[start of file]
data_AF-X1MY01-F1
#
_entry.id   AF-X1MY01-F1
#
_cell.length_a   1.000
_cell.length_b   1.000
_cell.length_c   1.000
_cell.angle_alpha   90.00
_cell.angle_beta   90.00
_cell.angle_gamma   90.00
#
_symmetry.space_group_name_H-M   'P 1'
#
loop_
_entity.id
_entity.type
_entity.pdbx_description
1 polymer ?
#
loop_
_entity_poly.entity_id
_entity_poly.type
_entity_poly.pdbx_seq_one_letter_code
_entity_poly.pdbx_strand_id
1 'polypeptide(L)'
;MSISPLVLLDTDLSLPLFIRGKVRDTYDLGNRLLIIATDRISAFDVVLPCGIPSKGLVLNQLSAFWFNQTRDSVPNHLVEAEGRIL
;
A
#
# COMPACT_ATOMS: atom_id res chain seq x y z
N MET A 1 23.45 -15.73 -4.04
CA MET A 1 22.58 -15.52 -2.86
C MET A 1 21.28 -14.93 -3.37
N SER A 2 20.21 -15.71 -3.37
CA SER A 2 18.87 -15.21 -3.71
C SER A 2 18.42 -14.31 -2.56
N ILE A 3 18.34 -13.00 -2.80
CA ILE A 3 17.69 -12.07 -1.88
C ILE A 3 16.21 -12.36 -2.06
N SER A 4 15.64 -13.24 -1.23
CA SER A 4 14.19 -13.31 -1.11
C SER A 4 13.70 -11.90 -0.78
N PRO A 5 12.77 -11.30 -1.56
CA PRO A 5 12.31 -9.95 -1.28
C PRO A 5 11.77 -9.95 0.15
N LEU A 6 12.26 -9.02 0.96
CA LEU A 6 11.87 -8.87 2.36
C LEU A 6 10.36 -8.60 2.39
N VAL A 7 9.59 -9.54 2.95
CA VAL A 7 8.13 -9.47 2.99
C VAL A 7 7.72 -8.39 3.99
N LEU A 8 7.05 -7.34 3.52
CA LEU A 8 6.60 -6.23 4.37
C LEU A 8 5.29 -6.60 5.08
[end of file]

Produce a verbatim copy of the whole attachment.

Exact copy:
data_AF-X1MY01-F1
#
_entry.id   AF-X1MY01-F1
#
_cell.length_a   1.000
_cell.length_b   1.000
_cell.length_c   1.000
_cell.angle_alpha   90.00
_cell.angle_beta   90.00
_cell.angle_gamma   90.00
#
_symmetry.space_group_name_H-M   'P 1'
#
loop_
_entity.id
_entity.type
_entity.pdbx_description
1 polymer ?
#
loop_
_entity_poly.entity_id
_entity_poly.type
_entity_poly.pdbx_seq_one_letter_code
_entity_poly.pdbx_strand_id
1 'polypeptide(L)'
;MSISPLVLLDTDLSLPLFIRGKVRDTYDLGNRLLIIATDRISAFDVVLPCGIPSKGLVLNQLSAFWFNQTRDSVPNHLVEAEGRIL
;
A
#
# COMPACT_ATOMS: atom_id res chain seq x y z
N MET A 1 23.45 -15.73 -4.04
CA MET A 1 22.58 -15.52 -2.86
C MET A 1 21.28 -14.93 -3.37
N SER A 2 20.21 -15.71 -3.37
CA SER A 2 18.87 -15.21 -3.71
C SER A 2 18.42 -14.31 -2.56
N ILE A 3 18.34 -13.00 -2.80
CA ILE A 3 17.69 -12.07 -1.88
C ILE A 3 16.21 -12.36 -2.06
N SER A 4 15.64 -13.24 -1.23
CA SER A 4 14.19 -13.31 -1.11
C SER A 4 13.70 -11.90 -0.78
N PRO A 5 12.77 -11.30 -1.56
CA PRO A 5 12.31 -9.95 -1.28
C PRO A 5 11.77 -9.95 0.15
N LEU A 6 12.26 -9.02 0.96
CA LEU A 6 11.87 -8.87 2.36
C LEU A 6 10.36 -8.60 2.39
N VAL A 7 9.59 -9.54 2.95
CA VAL A 7 8.13 -9.47 2.99
C VAL A 7 7.72 -8.39 3.99
N LEU A 8 7.05 -7.34 3.52
CA LEU A 8 6.60 -6.23 4.37
C LEU A 8 5.29 -6.60 5.08